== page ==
MRI Findings of recurrent hepatocellular carcinoma after liver transplantation: Preliminary results

Chang Hee Lee, Lauren M. Brubaker, David A. Gerber, Young Mi Ku, Young Hoon Kim, Sang Soo Shin, Richard C. Semelka

Research output: Contribution to journalArticle

11 Citations (Scopus)


Purpose To describe the patterns of recurrence and serial magnetic resonance imaging (MRI) features of hepatocellular carcinoma (HCC) after liver transplantation. Materials and Methods All cases of recurrent HCC after transplantation between September 2002 and August 2009 that underwent MRI including precontrast T1, T2-weighted images, and postgadolinium dynamic images were reviewed. On MRI we evaluated the characteristics and patterns of recurrent HCC after transplantation. Results A total 7 of 76 transplanted patients (four men, three women, age range, 45-63, mean 52.7 years) were included in this study. Four patients (57.1%) were identified to have a pattern of persistent local disease (PLD) near the transplanted liver, hepatorenal space, or suture site within 2.75 years (range, 2-4 years). Two patients showed recurrent HCC in the allograft alone within 5 years. One patient showed an intraperitoneal seeding (IPS) pattern which demonstrated diffuse peritoneal infiltration and thickening within 9 months. The diffuse metastatic disease (DMD) pattern was observed as a late manifestation of PLD and IPS. The most prominent volume of recurrent tumor burden was found in an extrahepatic (5 of 7 patients) compared to an intrahepatic (2 of 7 patients) location. The signal intensities and enhancement patterns did not exhibit change with disease progression. Conclusion We describe four patterns of recurrence of HCC following transplant. The most prominent tumor burden was located in an extrahepatic compared to an intrahepatic location.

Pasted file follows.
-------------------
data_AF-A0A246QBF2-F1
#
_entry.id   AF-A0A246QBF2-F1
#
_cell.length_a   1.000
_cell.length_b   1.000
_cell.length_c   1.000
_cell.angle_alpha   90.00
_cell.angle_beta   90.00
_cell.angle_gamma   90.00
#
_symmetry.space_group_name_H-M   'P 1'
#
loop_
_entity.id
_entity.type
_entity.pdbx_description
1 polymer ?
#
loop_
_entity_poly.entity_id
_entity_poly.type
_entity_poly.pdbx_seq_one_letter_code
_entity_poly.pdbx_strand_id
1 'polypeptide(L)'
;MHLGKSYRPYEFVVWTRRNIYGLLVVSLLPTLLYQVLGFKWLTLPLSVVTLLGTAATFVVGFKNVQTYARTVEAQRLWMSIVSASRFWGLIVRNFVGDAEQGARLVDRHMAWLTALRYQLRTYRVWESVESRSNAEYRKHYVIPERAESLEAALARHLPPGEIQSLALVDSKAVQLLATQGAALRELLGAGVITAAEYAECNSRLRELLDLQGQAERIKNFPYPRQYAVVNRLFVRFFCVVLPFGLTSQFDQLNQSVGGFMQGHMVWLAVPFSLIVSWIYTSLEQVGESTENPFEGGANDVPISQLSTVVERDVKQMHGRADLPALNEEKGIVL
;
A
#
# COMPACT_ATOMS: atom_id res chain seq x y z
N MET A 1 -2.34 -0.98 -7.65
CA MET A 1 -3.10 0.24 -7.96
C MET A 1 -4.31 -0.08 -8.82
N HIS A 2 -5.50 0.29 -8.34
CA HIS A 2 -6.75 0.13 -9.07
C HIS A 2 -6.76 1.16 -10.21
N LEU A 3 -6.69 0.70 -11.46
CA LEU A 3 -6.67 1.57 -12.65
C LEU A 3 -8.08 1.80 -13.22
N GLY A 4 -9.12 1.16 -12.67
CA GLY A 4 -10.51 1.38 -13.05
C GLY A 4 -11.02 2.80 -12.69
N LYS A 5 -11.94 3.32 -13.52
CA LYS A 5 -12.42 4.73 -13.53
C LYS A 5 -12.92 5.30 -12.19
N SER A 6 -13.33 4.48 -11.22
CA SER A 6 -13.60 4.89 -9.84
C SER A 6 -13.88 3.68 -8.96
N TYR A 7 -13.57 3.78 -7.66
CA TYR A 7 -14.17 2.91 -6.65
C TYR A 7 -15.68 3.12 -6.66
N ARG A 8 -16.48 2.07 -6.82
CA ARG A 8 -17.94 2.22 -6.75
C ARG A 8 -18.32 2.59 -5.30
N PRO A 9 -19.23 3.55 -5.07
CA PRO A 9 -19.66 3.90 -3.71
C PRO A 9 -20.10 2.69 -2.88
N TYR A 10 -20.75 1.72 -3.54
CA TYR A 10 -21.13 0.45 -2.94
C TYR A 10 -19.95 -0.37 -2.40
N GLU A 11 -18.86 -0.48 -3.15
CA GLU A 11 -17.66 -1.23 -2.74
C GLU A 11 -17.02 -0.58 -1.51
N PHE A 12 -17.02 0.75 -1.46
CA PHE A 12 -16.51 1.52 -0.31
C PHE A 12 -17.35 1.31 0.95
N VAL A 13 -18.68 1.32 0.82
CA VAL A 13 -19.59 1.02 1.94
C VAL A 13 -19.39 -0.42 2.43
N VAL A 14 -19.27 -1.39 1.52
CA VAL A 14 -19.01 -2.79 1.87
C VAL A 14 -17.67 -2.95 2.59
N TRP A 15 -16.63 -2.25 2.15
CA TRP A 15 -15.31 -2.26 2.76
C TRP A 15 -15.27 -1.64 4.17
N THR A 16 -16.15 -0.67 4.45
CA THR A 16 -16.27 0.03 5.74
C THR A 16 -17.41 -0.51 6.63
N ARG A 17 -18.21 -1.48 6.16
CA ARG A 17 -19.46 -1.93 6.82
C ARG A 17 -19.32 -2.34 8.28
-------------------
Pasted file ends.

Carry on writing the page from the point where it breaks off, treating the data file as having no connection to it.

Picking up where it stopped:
Original languageEnglish
Pages (from-to)1399-1405
Number of pages7
JournalJournal of Magnetic Resonance Imaging
Issue number6
Publication statusPublished - 2011 Jun


  • MRI
  • hepatocellular carcinoma
  • liver
  • recurrence
  • transplantation

ASJC Scopus subject areas

  • Radiology Nuclear Medicine and imaging

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